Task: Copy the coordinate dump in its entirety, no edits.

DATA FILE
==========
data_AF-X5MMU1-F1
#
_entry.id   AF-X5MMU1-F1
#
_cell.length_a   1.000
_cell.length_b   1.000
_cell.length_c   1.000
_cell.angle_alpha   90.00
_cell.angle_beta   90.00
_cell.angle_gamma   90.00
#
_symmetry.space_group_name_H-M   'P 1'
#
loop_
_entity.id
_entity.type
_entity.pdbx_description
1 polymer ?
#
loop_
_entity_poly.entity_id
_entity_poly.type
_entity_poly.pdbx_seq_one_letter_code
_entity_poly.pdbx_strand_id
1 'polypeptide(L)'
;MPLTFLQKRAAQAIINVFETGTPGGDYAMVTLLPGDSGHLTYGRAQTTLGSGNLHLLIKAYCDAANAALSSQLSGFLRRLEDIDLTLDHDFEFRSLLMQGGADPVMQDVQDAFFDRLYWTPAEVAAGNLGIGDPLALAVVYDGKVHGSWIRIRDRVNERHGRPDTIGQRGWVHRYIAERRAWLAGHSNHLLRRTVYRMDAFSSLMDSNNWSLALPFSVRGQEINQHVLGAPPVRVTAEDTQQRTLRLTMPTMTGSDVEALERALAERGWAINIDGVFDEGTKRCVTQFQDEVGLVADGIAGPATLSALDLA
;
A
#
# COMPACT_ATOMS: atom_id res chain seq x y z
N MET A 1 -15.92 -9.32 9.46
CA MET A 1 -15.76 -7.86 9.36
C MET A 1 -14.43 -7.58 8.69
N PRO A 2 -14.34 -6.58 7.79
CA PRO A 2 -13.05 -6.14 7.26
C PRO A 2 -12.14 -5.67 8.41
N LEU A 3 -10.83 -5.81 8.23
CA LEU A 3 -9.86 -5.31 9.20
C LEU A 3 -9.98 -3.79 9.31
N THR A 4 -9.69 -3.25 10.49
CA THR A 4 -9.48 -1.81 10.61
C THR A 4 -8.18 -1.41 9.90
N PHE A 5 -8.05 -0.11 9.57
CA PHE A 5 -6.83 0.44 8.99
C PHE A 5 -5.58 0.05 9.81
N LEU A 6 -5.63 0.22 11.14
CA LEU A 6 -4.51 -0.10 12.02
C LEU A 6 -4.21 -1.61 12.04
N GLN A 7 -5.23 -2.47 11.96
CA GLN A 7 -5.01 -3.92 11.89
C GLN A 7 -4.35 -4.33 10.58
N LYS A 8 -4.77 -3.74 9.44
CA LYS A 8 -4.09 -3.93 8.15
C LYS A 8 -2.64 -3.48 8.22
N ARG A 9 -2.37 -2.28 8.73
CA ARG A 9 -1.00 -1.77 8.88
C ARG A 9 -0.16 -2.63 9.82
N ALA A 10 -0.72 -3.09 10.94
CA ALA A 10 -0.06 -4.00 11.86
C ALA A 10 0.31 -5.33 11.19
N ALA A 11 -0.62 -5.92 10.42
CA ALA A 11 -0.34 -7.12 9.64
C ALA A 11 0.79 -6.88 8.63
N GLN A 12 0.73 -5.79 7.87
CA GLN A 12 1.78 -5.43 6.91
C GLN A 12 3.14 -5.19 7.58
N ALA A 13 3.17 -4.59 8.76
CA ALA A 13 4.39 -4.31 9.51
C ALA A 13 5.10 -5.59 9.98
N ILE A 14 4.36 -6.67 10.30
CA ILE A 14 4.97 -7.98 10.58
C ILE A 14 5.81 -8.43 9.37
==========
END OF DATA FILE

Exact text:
data_AF-X5MMU1-F1
#
_entry.id   AF-X5MMU1-F1
#
_cell.length_a   1.000
_cell.length_b   1.000
_cell.length_c   1.000
_cell.angle_alpha   90.00
_cell.angle_beta   90.00
_cell.angle_gamma   90.00
#
_symmetry.space_group_name_H-M   'P 1'
#
loop_
_entity.id
_entity.type
_entity.pdbx_description
1 polymer ?
#
loop_
_entity_poly.entity_id
_entity_poly.type
_entity_poly.pdbx_seq_one_letter_code
_entity_poly.pdbx_strand_id
1 'polypeptide(L)'
;MPLTFLQKRAAQAIINVFETGTPGGDYAMVTLLPGDSGHLTYGRAQTTLGSGNLHLLIKAYCDAANAALSSQLSGFLRRLEDIDLTLDHDFEFRSLLMQGGADPVMQDVQDAFFDRLYWTPAEVAAGNLGIGDPLALAVVYDGKVHGSWIRIRDRVNERHGRPDTIGQRGWVHRYIAERRAWLAGHSNHLLRRTVYRMDAFSSLMDSNNWSLALPFSVRGQEINQHVLGAPPVRVTAEDTQQRTLRLTMPTMTGSDVEALERALAERGWAINIDGVFDEGTKRCVTQFQDEVGLVADGIAGPATLSALDLA
;
A
#
# COMPACT_ATOMS: atom_id res chain seq x y z
N MET A 1 -15.92 -9.32 9.46
CA MET A 1 -15.76 -7.86 9.36
C MET A 1 -14.43 -7.58 8.69
N PRO A 2 -14.34 -6.58 7.79
CA PRO A 2 -13.05 -6.14 7.26
C PRO A 2 -12.14 -5.67 8.41
N LEU A 3 -10.83 -5.81 8.23
CA LEU A 3 -9.86 -5.31 9.20
C LEU A 3 -9.98 -3.79 9.31
N THR A 4 -9.69 -3.25 10.49
CA THR A 4 -9.48 -1.81 10.61
C THR A 4 -8.18 -1.41 9.90
N PHE A 5 -8.05 -0.11 9.57
CA PHE A 5 -6.83 0.44 8.99
C PHE A 5 -5.58 0.05 9.81
N LEU A 6 -5.63 0.22 11.14
CA LEU A 6 -4.51 -0.10 12.02
C LEU A 6 -4.21 -1.61 12.04
N GLN A 7 -5.23 -2.47 11.96
CA GLN A 7 -5.01 -3.92 11.89
C GLN A 7 -4.35 -4.33 10.58
N LYS A 8 -4.77 -3.74 9.44
CA LYS A 8 -4.09 -3.93 8.15
C LYS A 8 -2.64 -3.48 8.22
N ARG A 9 -2.37 -2.28 8.73
CA ARG A 9 -1.00 -1.77 8.88
C ARG A 9 -0.16 -2.63 9.82
N ALA A 10 -0.72 -3.09 10.94
CA ALA A 10 -0.06 -4.00 11.86
C ALA A 10 0.31 -5.33 11.19
N ALA A 11 -0.62 -5.92 10.42
CA ALA A 11 -0.34 -7.12 9.64
C ALA A 11 0.79 -6.88 8.63
N GLN A 12 0.73 -5.79 7.87
CA GLN A 12 1.78 -5.43 6.91
C GLN A 12 3.14 -5.19 7.58
N ALA A 13 3.17 -4.59 8.76
CA ALA A 13 4.39 -4.31 9.51
C ALA A 13 5.10 -5.59 9.98
N ILE A 14 4.36 -6.67 10.30
CA ILE A 14 4.97 -7.98 10.58
C ILE A 14 5.81 -8.43 9.37